Bid for Amazon HQ2 speaks to city’s development goals

Port St. Lucie would love to pull a guerrilla-marketing coup that lands Amazon’s HQ2 in Tradition.

Pete Tesch, president of the St. Lucie County Economic Development Council said it’s fun to think about, but not likely to happen.

“Technically, we are not qualified,” he said, referring to the company’s request for proposals. “However, given some of the physical assets and human talent, the development opportunities, we felt compelled to let one of America’s largest corporations know about this opportunity.”

More importantly, Tesch said, area economic-development folks got to do a major bit of self-evaluation that has updated the city’s proverbial resume.

Seattle-based Amazon set off an economic-development firestorm when it announced in September it was looking to set up a second headquarters, hence the moniker Amazon HQ2. Typical to its history of challenging convention, Amazon went about things differently than companies usually do when looking at large expansions. It sort of advertised itself and waited for the suiters to send love letters in the form of proposals. And arrive those proposals did.

With promises of about 50,000 jobs with average annual compensation packages of $100,000 each and an estimated $5 billion in capital outlay, Amazon is more than an attractive offer to most cities. It’s the golden opportunity of the century.

In all the company got about 240 proposals from all over the country. Many used unconventional approaches. One city sent a 21-foot-tall cactus to get Amazon thinking Arizona. A Georgia city offered to rename part of itself after Amazon. One unlikely contender in Connecticut made a video of the mayor asking an Amazon Alexa where the company should build its new headquarters. Alexa’s answer, of course, was that city.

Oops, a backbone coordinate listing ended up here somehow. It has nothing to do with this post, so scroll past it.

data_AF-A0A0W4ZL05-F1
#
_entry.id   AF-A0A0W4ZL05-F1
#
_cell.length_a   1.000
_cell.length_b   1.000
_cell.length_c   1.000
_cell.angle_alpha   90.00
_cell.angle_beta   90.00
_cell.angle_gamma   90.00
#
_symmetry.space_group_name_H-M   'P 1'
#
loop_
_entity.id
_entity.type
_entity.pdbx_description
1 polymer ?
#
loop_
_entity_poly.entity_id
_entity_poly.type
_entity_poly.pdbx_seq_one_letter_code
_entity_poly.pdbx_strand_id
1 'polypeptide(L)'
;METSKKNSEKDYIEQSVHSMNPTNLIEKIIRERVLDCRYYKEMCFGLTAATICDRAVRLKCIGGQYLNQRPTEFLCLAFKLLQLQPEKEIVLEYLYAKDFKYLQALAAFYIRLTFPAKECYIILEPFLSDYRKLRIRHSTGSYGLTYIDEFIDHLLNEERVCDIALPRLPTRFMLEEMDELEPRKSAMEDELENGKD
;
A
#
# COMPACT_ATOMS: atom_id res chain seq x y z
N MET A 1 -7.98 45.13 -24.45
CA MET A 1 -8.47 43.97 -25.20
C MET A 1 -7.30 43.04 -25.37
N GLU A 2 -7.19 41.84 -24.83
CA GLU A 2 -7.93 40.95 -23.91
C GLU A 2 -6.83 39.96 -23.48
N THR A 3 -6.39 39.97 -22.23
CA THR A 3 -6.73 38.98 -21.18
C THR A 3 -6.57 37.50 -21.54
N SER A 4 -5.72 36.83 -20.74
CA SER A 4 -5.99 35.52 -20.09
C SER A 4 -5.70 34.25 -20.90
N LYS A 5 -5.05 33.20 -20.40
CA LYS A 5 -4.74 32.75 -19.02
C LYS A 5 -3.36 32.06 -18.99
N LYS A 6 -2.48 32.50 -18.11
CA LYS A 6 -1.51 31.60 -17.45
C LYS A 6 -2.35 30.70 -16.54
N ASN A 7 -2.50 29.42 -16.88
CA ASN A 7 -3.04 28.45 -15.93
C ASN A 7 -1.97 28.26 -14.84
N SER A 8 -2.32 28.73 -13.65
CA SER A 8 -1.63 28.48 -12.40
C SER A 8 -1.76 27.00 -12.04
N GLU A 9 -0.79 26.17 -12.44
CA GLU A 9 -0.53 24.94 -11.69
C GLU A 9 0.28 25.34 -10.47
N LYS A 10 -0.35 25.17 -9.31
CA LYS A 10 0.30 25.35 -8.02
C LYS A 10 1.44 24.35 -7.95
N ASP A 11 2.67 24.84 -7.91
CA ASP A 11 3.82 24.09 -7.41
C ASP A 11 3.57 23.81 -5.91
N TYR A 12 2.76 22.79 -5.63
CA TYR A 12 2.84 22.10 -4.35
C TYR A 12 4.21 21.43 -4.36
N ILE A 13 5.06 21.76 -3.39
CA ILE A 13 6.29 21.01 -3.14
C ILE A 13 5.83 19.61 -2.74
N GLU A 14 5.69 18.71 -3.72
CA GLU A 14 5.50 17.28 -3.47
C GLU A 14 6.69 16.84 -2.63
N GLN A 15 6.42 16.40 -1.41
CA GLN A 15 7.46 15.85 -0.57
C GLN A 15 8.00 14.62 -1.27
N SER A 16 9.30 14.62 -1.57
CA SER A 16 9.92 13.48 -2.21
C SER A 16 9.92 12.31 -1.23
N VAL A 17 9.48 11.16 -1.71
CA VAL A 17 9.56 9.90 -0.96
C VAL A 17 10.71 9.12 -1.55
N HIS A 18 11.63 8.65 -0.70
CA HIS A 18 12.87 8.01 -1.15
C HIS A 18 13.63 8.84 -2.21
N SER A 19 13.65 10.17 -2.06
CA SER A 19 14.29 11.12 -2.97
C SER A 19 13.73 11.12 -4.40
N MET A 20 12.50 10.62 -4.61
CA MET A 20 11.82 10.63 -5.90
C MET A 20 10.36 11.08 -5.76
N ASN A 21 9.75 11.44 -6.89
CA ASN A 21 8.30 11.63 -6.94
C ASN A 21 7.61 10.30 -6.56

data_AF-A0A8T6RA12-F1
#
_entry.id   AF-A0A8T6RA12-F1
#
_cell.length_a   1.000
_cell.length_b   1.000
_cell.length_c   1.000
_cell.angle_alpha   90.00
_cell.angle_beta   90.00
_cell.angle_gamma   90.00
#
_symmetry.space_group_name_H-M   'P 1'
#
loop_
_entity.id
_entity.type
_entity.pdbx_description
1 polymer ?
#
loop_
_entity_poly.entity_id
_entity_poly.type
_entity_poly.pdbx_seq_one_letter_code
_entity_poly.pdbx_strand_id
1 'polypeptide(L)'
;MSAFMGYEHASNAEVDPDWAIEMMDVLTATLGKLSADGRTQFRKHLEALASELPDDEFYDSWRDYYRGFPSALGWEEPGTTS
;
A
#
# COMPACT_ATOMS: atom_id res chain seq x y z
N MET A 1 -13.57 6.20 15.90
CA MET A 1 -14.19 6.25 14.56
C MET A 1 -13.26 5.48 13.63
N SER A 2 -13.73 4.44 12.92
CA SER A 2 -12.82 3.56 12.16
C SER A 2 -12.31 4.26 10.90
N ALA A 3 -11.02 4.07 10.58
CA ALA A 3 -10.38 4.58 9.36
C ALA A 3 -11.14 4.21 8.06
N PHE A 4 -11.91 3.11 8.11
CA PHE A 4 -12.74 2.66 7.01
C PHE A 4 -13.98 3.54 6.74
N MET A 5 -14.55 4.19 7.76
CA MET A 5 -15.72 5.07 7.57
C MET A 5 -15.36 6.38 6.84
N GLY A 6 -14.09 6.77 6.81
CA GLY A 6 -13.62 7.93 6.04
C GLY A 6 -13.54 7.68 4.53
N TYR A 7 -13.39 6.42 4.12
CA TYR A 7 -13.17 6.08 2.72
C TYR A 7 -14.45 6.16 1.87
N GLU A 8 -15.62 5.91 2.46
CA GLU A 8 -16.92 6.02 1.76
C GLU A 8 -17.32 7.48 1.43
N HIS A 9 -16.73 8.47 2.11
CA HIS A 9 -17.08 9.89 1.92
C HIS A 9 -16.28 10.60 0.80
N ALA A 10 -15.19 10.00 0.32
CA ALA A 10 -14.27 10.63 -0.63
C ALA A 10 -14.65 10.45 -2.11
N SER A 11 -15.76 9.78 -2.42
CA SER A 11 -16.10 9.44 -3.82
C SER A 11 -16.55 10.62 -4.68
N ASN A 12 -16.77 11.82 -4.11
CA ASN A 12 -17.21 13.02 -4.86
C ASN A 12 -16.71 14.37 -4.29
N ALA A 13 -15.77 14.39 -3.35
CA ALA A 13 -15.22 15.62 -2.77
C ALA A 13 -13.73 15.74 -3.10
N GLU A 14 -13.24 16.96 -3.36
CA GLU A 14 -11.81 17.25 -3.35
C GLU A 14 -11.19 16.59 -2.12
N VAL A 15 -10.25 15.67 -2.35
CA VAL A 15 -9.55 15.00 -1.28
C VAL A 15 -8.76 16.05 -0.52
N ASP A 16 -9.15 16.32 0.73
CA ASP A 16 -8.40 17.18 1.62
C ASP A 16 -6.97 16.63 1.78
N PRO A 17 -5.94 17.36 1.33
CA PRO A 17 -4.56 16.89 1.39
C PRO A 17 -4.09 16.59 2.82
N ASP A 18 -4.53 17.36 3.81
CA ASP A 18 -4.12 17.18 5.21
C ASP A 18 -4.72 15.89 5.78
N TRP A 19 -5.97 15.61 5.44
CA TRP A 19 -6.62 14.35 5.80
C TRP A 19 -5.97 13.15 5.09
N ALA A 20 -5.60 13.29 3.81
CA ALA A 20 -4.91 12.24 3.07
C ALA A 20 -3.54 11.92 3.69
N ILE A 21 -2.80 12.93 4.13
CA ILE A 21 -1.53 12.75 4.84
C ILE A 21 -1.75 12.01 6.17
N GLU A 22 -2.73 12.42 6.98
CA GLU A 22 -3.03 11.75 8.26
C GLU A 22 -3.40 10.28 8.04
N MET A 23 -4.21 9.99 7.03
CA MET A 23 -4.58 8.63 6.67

Tesch said Port St. Lucie didn’t spend time dreaming up gimmicks like that. He said it put together a self-respecting proposal focused on resources.

That, he said, created a 217-page offer with the needed material to use for the three most important daily tasks of economic development – helping and keeping companies already in town, and making realistic pitches to attract new ones.

“You can grow (businesses),” he said. “You can retain them. You can attract them. We try to use our scarce resources to do all those.”

The economic development council is made up of public and private partners. Port St. Lucie is a member city. Tesch said the council has had much success lately.

“We’ve helped over 23 new and expanding businesses either grow or relocate here that are going to create over 1,200 jobs in the next year,” Tesch said.

Among other recent accomplishments, Tesch pointed to a City Electric Supply subsidiary, TAMCO, that was looking at other cities for relocation to consolidate manufacturing. That company has decided to stay in Port St. Lucie and build a 400,000-square foot facility in the Tradition Center for Commerce. That promises about 270 jobs with above-average pay for the area.

The company is getting property-tax abatement for five years, among other things. Property-tax incentives, Tesch said, are a powerful tool for cities and counties to use to attract and retain companies that are building.

“It helps the company overcome development cost, but doesn’t impact the bottom line from the city’s or county’s perspective,” he said. But, Amazon?

“I would be highly surprised if they picked up the phone and called me,” Tesch said.


For information about the council’s various helps for companies, visit

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